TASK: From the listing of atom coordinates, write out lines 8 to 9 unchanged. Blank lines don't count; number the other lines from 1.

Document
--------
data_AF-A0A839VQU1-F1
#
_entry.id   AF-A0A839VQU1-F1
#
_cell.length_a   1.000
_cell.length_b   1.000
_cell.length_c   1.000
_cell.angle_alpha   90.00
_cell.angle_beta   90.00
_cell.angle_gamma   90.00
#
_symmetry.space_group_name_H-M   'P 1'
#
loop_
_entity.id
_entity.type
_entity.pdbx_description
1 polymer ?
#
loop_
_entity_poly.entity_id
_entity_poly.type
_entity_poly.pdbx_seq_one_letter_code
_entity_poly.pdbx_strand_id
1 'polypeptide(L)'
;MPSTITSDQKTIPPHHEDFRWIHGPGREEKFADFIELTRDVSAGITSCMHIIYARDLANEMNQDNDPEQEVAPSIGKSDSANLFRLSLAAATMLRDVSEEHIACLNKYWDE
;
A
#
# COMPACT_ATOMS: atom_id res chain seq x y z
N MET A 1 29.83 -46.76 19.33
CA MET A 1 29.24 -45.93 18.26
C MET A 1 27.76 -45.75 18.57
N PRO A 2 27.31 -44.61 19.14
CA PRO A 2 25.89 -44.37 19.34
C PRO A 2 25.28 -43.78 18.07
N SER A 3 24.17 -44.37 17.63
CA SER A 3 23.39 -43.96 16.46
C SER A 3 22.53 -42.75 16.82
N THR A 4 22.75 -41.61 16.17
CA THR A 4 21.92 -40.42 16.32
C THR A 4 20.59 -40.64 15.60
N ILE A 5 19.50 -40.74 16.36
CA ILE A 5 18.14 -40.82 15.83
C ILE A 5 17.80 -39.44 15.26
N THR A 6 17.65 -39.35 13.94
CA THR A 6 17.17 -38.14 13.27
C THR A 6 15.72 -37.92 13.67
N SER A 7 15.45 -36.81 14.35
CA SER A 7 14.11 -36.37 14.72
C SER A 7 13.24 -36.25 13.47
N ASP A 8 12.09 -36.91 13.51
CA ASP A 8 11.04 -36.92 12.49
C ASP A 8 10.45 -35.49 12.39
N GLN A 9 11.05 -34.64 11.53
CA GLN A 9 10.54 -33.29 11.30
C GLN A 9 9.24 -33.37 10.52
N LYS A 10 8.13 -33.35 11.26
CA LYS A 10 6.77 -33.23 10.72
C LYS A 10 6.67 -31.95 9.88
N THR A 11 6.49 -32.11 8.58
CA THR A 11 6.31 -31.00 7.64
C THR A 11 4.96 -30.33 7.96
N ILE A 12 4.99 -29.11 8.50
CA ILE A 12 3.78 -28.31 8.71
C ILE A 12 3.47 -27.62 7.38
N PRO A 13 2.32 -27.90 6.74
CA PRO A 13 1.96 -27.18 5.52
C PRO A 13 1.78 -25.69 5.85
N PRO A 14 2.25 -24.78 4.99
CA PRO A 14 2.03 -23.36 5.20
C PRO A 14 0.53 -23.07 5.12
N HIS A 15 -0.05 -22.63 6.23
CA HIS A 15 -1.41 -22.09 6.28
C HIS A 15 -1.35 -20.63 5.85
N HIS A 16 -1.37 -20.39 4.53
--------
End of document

_cell.angle_alpha   90.00
_cell.angle_beta   90.00